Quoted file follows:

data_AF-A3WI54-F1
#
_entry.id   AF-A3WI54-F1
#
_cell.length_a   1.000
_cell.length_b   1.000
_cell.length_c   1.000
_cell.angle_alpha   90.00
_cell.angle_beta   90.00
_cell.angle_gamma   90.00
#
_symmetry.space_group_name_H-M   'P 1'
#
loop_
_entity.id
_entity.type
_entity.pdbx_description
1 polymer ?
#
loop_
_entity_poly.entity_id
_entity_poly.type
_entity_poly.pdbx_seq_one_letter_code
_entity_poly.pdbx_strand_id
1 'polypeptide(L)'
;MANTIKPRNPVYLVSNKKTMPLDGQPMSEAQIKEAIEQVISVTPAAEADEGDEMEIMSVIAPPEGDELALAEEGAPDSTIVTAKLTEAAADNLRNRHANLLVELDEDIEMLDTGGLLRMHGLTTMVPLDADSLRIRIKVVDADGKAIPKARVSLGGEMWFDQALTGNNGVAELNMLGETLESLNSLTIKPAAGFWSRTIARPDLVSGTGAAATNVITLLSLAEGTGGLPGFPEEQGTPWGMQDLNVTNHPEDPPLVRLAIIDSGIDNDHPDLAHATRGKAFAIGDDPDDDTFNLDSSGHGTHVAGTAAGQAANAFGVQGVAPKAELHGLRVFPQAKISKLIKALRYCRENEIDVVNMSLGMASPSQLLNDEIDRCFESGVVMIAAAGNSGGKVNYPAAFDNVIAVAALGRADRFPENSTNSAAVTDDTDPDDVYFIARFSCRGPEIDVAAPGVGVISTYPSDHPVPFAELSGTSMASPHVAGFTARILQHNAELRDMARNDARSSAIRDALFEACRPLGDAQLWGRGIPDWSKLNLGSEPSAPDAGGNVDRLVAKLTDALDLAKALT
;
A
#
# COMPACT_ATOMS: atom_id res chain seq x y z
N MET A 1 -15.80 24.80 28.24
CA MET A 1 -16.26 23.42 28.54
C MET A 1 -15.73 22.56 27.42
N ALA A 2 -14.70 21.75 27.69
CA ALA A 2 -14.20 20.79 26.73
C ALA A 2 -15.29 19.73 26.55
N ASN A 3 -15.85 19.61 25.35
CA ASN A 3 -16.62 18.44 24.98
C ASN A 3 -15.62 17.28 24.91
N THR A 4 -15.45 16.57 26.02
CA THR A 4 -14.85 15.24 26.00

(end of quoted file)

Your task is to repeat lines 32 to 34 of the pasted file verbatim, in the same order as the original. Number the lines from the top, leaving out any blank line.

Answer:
CA MET A 1 -16.26 23.42 28.54
C MET A 1 -15.73 22.56 27.42
N ALA A 2 -14.70 21.75 27.69